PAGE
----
Why can't I draw both figures when the line moves? How to use if/else vs switch statement

int v=1,a = 0,r=50;
void setup(){
  frameRate= 30;
void draw() {
  a = (a + 1) % height;  // 'a' increases between 0 and width 
  line(0, a, width, a);
  strokeWeight (2);
    case 1://As long as the line is in the top half of the window, a red circle is drawn in the
           //center of the window.
    if (a>height/2-r/2){
    case 2: //When the line is situated in the bottom half of the window
            //  a rectangle is drawn in the center of the window.
   if  (a>height/2+r/2){


Hi @add,

I think your issue is all about code structure and to figure out what is really needed and what not.
To not get too much in details and talk about your code in length, I’ll try to show by example …
Try to compare my code with yours and why I made it this way …

— mnse

int currentY=0; // keep current y value for the line
int r=50; // radius for the circle and size if rectangle

void setup(){
  // let's define rectangles by centerpoint and size
  // let's define ellipses by center and radius

void draw() {
  background(200); // clear backgound
  // no strokes for circle and rectangle
  // if the line is in upper half
  if (currentY<height/2) {
    // draw a red circle
  } else { // else not in upper must be lower
    // draw a green rect
  // draw the line in front of the shapes above
  stroke(0); // black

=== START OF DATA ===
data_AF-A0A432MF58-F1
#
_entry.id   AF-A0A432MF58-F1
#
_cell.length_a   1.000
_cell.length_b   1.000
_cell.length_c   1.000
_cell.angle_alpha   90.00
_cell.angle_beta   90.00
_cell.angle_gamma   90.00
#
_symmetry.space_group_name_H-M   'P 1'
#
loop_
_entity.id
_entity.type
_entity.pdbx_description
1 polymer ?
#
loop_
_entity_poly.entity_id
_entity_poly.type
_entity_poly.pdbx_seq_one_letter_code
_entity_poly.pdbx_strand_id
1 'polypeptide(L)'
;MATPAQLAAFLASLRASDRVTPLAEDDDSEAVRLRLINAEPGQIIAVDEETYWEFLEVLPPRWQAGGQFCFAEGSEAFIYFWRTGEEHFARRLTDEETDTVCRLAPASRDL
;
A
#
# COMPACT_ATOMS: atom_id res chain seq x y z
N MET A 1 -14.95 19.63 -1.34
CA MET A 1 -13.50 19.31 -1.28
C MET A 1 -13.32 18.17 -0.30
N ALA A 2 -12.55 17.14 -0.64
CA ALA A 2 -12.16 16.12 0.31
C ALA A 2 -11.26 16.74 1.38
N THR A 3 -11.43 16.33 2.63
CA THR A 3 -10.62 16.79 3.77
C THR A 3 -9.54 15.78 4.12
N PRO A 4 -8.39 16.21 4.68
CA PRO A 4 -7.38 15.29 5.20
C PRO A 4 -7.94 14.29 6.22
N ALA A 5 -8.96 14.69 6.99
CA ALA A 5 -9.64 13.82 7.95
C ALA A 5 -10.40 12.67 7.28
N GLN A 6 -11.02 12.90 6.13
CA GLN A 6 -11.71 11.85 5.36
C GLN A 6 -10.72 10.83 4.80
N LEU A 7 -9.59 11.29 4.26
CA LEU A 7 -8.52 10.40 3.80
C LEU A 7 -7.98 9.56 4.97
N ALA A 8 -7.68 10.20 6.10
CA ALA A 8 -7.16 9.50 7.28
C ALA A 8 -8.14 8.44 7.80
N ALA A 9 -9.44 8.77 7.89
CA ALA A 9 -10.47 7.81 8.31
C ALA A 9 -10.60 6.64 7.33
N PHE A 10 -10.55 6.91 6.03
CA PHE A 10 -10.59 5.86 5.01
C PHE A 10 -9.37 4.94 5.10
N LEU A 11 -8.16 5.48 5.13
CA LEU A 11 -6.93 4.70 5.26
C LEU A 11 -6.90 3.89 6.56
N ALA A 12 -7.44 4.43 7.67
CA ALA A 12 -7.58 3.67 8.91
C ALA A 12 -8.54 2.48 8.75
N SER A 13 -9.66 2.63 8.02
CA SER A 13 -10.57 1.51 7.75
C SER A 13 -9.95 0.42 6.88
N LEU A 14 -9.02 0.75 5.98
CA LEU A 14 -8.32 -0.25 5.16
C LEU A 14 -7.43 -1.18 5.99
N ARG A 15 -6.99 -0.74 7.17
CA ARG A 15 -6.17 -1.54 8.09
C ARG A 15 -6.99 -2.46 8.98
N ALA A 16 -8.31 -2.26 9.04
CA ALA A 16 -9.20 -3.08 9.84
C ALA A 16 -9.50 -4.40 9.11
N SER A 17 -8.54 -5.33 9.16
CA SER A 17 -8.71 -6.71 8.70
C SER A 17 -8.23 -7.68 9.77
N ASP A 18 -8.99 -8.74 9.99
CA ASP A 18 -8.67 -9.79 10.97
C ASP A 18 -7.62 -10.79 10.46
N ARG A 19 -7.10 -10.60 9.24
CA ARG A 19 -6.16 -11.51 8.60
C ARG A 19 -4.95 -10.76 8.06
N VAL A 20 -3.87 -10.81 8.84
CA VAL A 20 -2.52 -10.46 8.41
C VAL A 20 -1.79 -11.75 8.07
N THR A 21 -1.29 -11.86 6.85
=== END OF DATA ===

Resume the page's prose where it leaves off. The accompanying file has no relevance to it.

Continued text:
strokeWeight(2); // a bit thicker 
  line(0, currentY, width, currentY);
  // update the y value to move down and start over on bottom
  currentY = (currentY + 1) % height; 

Hello @add :slightly_smiling_face:

You are mixing your use of conditionals together here. Use either if/else ~OR~ switch.
However, If you really want to use the switch statement then you could set it up this way:

int num = 0;
  if (y >= height/2)
    num = 1;

  switch(num) {
  case 0:
    fill(255, 0, 0);
    circle(width/2, height/2, r);
  case 1: //When the line is situated in the bottom half of the window
    fill(0, 255, 0);
    rect(width/2, height/2, r, r);

But @mnse 's solution is cleaner IMHO.
Take a look at the reference to read about switch statements here:

Also, I hope you don’t mind but I changed the title of your post to include relevant keywords for others who may search for the same information in the future. Of course, please edit if you do not feel this accurately reflects your question! :slightly_smiling_face:

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